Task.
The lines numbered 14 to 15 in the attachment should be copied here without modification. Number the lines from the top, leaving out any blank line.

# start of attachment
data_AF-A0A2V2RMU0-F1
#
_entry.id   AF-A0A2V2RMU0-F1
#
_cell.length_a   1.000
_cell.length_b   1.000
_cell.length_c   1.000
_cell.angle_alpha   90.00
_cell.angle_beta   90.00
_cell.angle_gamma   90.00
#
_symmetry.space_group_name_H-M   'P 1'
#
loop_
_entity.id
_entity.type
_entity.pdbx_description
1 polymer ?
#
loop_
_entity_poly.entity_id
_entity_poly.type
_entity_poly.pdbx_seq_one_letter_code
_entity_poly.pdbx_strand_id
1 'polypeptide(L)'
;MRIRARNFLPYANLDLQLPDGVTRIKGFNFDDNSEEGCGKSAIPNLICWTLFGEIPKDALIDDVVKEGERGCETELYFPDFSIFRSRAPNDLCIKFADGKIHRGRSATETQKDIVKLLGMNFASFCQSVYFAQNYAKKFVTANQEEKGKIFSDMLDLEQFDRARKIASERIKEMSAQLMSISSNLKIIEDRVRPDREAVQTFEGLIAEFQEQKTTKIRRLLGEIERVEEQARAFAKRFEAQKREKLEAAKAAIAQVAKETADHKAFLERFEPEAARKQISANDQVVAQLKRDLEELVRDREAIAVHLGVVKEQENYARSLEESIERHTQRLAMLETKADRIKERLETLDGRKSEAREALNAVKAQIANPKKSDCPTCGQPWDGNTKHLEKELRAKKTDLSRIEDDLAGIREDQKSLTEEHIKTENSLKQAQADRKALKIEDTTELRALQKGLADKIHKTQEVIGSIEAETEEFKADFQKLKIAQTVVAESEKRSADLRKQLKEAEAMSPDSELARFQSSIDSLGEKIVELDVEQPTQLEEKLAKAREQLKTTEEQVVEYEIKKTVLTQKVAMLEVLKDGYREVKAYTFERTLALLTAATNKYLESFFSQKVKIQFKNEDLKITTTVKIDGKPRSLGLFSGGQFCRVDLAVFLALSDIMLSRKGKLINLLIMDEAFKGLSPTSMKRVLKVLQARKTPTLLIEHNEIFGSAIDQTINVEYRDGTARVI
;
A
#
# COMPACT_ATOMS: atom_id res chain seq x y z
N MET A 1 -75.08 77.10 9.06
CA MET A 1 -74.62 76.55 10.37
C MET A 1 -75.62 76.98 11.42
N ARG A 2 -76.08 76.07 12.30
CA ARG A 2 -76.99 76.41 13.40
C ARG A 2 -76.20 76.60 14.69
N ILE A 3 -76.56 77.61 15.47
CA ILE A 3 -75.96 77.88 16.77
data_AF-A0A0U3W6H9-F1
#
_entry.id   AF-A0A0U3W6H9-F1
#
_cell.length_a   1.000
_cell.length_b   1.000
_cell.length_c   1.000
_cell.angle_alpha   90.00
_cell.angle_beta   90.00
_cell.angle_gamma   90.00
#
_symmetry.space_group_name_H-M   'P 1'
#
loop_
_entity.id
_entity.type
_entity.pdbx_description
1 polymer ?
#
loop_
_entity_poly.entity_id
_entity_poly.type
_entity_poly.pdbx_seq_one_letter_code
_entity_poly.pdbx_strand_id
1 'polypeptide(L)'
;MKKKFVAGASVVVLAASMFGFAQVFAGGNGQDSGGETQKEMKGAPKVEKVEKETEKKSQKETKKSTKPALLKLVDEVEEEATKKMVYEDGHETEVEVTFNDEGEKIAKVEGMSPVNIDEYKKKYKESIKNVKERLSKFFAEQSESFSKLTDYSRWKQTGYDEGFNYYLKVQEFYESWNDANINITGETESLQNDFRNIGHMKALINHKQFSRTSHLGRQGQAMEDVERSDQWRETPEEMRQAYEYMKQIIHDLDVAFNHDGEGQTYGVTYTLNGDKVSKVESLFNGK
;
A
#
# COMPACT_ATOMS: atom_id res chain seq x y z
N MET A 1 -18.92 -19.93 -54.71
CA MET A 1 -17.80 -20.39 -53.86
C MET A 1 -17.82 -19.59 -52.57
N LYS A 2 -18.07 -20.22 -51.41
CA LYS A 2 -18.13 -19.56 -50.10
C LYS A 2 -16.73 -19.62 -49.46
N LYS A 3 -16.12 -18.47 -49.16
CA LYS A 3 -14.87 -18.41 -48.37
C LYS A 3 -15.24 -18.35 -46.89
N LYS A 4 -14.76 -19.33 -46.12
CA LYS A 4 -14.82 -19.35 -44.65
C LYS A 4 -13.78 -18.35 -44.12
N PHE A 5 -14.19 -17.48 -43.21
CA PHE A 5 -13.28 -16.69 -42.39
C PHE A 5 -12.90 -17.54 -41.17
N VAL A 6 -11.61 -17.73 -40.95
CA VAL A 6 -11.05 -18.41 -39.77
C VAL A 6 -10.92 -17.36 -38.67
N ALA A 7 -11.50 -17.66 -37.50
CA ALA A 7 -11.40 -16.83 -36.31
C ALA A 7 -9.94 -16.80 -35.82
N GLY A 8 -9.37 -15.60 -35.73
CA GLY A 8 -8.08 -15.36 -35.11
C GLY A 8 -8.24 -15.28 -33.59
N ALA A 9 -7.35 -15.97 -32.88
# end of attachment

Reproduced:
loop_
_entity.id